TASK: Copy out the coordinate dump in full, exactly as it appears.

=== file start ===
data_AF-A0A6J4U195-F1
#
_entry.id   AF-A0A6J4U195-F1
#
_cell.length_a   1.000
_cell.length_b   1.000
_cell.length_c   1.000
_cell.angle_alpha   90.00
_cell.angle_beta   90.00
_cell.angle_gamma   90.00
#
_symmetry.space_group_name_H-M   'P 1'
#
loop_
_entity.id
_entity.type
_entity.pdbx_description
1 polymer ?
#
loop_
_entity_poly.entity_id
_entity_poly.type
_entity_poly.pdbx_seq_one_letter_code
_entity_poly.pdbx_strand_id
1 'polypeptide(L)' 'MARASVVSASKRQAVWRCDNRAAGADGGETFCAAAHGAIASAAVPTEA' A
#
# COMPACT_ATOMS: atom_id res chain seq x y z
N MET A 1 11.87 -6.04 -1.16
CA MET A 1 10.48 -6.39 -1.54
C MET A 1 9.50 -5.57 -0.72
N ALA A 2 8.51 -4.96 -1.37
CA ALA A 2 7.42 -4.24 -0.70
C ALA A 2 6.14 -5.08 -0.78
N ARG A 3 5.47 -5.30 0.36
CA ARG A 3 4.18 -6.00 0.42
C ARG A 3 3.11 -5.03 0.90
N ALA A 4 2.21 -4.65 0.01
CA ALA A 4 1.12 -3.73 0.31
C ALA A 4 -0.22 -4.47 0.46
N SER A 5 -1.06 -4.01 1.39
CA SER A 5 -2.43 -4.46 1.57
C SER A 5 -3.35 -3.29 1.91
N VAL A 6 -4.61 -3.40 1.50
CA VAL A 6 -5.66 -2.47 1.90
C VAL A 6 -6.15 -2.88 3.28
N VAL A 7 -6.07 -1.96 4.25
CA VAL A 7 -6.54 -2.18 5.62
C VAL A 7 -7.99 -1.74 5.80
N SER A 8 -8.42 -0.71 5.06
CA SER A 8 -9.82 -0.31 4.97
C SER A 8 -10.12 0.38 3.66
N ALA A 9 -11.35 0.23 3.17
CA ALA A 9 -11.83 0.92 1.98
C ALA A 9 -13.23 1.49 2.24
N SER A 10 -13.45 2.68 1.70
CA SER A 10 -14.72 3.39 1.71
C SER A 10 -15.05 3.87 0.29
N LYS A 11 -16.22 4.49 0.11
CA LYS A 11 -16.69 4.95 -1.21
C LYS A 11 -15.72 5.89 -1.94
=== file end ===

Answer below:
data_AF-A0A6J4U195-F1
#
_entry.id   AF-A0A6J4U195-F1
#
_cell.length_a   1.000
_cell.length_b   1.000
_cell.length_c   1.000
_cell.angle_alpha   90.00
_cell.angle_beta   90.00
_cell.angle_gamma   90.00
#
_symmetry.space_group_name_H-M   'P 1'
#
loop_
_entity.id
_entity.type
_entity.pdbx_description
1 polymer ?
#
loop_
_entity_poly.entity_id
_entity_poly.type
_entity_poly.pdbx_seq_one_letter_code
_entity_poly.pdbx_strand_id
1 'polypeptide(L)' 'MARASVVSASKRQAVWRCDNRAAGADGGETFCAAAHGAIASAAVPTEA' A
#
# COMPACT_ATOMS: atom_id res chain seq x y z
N MET A 1 11.87 -6.04 -1.16
CA MET A 1 10.48 -6.39 -1.54
C MET A 1 9.50 -5.57 -0.72
N ALA A 2 8.51 -4.96 -1.37
CA ALA A 2 7.42 -4.24 -0.70
C ALA A 2 6.14 -5.08 -0.78
N ARG A 3 5.47 -5.30 0.36
CA ARG A 3 4.18 -6.00 0.42
C ARG A 3 3.11 -5.03 0.90
N ALA A 4 2.21 -4.65 0.01
CA ALA A 4 1.12 -3.73 0.31
C ALA A 4 -0.22 -4.47 0.46
N SER A 5 -1.06 -4.01 1.39
CA SER A 5 -2.43 -4.46 1.57
C SER A 5 -3.35 -3.29 1.91
N VAL A 6 -4.61 -3.40 1.50
CA VAL A 6 -5.66 -2.47 1.90
C VAL A 6 -6.15 -2.88 3.28
N VAL A 7 -6.07 -1.96 4.25
CA VAL A 7 -6.54 -2.18 5.62
C VAL A 7 -7.99 -1.74 5.80
N SER A 8 -8.42 -0.71 5.06
CA SER A 8 -9.82 -0.31 4.97
C SER A 8 -10.12 0.38 3.66
N ALA A 9 -11.35 0.23 3.17
CA ALA A 9 -11.83 0.92 1.98
C ALA A 9 -13.23 1.49 2.24
N SER A 10 -13.45 2.68 1.70
CA SER A 10 -14.72 3.39 1.71
C SER A 10 -15.05 3.87 0.29
N LYS A 11 -16.22 4.49 0.11
CA LYS A 11 -16.69 4.95 -1.21
C LYS A 11 -15.72 5.89 -1.94